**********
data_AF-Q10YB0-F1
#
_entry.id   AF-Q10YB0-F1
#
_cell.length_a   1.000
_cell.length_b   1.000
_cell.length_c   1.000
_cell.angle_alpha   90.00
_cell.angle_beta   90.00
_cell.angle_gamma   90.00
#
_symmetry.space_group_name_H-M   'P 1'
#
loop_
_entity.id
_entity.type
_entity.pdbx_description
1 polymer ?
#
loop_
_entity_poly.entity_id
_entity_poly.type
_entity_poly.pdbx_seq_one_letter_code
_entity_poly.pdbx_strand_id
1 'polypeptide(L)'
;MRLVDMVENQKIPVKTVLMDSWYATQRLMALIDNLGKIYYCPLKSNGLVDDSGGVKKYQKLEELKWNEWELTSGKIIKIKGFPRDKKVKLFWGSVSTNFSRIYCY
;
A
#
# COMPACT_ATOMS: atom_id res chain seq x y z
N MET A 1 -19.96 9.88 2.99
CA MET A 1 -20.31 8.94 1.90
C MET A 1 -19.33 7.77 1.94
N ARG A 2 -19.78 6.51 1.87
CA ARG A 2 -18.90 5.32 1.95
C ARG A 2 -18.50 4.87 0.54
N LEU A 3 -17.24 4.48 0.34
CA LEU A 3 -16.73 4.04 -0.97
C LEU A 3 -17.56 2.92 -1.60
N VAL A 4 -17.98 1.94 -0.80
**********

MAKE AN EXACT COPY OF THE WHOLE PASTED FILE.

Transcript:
data_AF-Q10YB0-F1
#
_entry.id   AF-Q10YB0-F1
#
_cell.length_a   1.000
_cell.length_b   1.000
_cell.length_c   1.000
_cell.angle_alpha   90.00
_cell.angle_beta   90.00
_cell.angle_gamma   90.00
#
_symmetry.space_group_name_H-M   'P 1'
#
loop_
_entity.id
_entity.type
_entity.pdbx_description
1 polymer ?
#
loop_
_entity_poly.entity_id
_entity_poly.type
_entity_poly.pdbx_seq_one_letter_code
_entity_poly.pdbx_strand_id
1 'polypeptide(L)'
;MRLVDMVENQKIPVKTVLMDSWYATQRLMALIDNLGKIYYCPLKSNGLVDDSGGVKKYQKLEELKWNEWELTSGKIIKIKGFPRDKKVKLFWGSVSTNFSRIYCY
;
A
#
# COMPACT_ATOMS: atom_id res chain seq x y z
N MET A 1 -19.96 9.88 2.99
CA MET A 1 -20.31 8.94 1.90
C MET A 1 -19.33 7.77 1.94
N ARG A 2 -19.78 6.51 1.87
CA ARG A 2 -18.90 5.32 1.95
C ARG A 2 -18.50 4.87 0.54
N LEU A 3 -17.24 4.48 0.34
CA LEU A 3 -16.73 4.04 -0.97
C LEU A 3 -17.56 2.92 -1.60
N VAL A 4 -17.98 1.94 -0.80